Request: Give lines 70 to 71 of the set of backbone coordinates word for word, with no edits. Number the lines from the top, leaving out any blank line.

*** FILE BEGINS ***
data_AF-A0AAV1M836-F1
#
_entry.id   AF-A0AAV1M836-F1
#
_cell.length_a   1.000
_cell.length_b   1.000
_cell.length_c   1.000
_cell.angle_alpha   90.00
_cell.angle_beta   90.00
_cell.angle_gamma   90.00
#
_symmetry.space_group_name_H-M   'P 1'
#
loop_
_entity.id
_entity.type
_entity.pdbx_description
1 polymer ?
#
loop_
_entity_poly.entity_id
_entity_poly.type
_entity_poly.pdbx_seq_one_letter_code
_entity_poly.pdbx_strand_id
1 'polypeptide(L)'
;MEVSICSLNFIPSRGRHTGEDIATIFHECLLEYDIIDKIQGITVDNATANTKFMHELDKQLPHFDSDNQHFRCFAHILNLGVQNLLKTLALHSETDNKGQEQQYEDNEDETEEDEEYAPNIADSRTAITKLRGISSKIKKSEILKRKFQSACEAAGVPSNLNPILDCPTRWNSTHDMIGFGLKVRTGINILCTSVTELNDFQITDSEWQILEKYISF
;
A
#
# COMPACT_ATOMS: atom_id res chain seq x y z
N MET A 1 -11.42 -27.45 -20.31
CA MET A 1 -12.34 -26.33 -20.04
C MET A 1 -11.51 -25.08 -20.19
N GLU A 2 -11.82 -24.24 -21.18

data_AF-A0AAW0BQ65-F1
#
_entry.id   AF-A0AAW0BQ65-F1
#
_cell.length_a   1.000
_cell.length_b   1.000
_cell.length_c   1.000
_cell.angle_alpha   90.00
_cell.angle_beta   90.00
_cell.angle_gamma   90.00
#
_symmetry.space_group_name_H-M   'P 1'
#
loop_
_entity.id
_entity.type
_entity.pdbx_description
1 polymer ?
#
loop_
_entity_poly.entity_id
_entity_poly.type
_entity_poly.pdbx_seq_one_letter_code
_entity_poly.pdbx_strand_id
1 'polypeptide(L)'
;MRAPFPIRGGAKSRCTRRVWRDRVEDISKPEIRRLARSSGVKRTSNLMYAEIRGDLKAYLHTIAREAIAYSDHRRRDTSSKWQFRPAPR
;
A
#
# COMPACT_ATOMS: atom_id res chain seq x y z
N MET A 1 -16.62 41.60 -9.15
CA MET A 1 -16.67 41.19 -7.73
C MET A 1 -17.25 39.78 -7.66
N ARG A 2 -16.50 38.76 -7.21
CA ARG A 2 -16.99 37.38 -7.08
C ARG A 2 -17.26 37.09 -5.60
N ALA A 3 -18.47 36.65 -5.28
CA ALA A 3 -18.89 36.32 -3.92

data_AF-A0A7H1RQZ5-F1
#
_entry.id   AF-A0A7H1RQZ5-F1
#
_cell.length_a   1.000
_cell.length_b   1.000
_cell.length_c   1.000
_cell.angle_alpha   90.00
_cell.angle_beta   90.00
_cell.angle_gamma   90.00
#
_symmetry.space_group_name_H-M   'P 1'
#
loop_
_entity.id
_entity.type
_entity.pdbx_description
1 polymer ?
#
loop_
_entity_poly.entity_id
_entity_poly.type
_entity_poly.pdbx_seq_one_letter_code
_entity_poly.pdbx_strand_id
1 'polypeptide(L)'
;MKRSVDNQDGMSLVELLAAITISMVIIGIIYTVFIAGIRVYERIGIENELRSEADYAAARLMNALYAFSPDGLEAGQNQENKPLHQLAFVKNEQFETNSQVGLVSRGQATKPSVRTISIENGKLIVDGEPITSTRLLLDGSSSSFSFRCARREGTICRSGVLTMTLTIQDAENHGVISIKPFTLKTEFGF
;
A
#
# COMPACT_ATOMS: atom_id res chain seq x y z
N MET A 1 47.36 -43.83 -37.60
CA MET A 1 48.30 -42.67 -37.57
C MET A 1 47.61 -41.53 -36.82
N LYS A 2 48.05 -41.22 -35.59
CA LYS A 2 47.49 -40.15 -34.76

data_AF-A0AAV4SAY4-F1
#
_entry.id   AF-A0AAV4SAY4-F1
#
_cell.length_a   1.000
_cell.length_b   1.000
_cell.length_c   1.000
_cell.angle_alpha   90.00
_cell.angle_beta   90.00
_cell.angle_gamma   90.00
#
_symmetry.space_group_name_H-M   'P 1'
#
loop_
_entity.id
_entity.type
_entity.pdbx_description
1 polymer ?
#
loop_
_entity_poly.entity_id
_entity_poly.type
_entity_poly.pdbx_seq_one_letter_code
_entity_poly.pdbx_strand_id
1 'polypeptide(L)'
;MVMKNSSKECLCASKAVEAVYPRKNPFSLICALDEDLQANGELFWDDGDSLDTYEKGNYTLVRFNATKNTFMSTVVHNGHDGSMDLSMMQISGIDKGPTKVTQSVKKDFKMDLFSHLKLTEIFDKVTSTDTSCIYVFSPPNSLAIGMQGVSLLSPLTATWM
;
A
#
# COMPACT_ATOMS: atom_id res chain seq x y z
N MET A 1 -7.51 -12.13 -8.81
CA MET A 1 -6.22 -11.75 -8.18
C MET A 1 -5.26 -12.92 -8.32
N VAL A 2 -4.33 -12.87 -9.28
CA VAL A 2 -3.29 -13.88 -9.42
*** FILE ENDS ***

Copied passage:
C ARG A 2 -17.26 37.09 -5.60
N ALA A 3 -18.47 36.65 -5.28